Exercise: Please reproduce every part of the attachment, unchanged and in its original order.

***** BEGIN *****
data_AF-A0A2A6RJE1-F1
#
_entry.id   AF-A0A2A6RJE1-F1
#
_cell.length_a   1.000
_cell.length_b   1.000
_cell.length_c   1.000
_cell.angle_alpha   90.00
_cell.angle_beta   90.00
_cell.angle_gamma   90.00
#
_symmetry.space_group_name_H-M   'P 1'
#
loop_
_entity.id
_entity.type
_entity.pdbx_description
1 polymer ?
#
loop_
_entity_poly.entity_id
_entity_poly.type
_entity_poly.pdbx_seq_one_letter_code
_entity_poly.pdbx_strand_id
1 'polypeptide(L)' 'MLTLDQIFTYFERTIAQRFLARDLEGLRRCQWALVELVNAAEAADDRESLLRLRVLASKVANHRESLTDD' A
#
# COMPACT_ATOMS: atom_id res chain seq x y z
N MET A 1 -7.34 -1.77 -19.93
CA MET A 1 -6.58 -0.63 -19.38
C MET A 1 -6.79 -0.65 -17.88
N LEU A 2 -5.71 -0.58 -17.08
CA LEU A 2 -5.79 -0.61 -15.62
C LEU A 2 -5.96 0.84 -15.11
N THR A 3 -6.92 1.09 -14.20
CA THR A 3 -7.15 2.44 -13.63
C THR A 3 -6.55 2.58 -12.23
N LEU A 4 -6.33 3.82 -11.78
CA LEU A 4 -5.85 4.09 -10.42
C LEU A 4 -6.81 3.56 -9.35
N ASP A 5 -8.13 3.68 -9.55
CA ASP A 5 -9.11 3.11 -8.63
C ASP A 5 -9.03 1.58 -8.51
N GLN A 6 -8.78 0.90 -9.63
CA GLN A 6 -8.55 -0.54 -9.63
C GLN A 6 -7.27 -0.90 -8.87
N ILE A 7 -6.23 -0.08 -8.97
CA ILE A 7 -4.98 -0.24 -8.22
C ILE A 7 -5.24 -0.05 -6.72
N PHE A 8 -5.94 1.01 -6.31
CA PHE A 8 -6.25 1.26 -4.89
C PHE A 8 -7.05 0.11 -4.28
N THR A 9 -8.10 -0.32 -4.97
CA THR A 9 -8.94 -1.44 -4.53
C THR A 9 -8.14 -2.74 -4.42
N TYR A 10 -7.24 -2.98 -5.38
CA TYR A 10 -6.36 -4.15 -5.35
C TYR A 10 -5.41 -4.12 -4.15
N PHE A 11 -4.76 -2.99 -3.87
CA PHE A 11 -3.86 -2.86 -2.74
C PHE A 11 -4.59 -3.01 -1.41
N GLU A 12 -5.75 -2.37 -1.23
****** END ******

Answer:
data_AF-A0A2A6RJE1-F1
#
_entry.id   AF-A0A2A6RJE1-F1
#
_cell.length_a   1.000
_cell.length_b   1.000
_cell.length_c   1.000
_cell.angle_alpha   90.00
_cell.angle_beta   90.00
_cell.angle_gamma   90.00
#
_symmetry.space_group_name_H-M   'P 1'
#
loop_
_entity.id
_entity.type
_entity.pdbx_description
1 polymer ?
#
loop_
_entity_poly.entity_id
_entity_poly.type
_entity_poly.pdbx_seq_one_letter_code
_entity_poly.pdbx_strand_id
1 'polypeptide(L)' 'MLTLDQIFTYFERTIAQRFLARDLEGLRRCQWALVELVNAAEAADDRESLLRLRVLASKVANHRESLTDD' A
#
# COMPACT_ATOMS: atom_id res chain seq x y z
N MET A 1 -7.34 -1.77 -19.93
CA MET A 1 -6.58 -0.63 -19.38
C MET A 1 -6.79 -0.65 -17.88
N LEU A 2 -5.71 -0.58 -17.08
CA LEU A 2 -5.79 -0.61 -15.62
C LEU A 2 -5.96 0.84 -15.11
N THR A 3 -6.92 1.09 -14.20
CA THR A 3 -7.15 2.44 -13.63
C THR A 3 -6.55 2.58 -12.23
N LEU A 4 -6.33 3.82 -11.78
CA LEU A 4 -5.85 4.09 -10.42
C LEU A 4 -6.81 3.56 -9.35
N ASP A 5 -8.13 3.68 -9.55
CA ASP A 5 -9.11 3.11 -8.63
C ASP A 5 -9.03 1.58 -8.51
N GLN A 6 -8.78 0.90 -9.63
CA GLN A 6 -8.55 -0.54 -9.63
C GLN A 6 -7.27 -0.90 -8.87
N ILE A 7 -6.23 -0.08 -8.97
CA ILE A 7 -4.98 -0.24 -8.22
C ILE A 7 -5.24 -0.05 -6.72
N PHE A 8 -5.94 1.01 -6.31
CA PHE A 8 -6.25 1.26 -4.89
C PHE A 8 -7.05 0.11 -4.28
N THR A 9 -8.10 -0.32 -4.97
CA THR A 9 -8.94 -1.44 -4.53
C THR A 9 -8.14 -2.74 -4.42
N TYR A 10 -7.24 -2.98 -5.38
CA TYR A 10 -6.36 -4.15 -5.35
C TYR A 10 -5.41 -4.12 -4.15
N PHE A 11 -4.76 -2.99 -3.87
CA PHE A 11 -3.86 -2.86 -2.74
C PHE A 11 -4.59 -3.01 -1.41
N GLU A 12 -5.75 -2.37 -1.23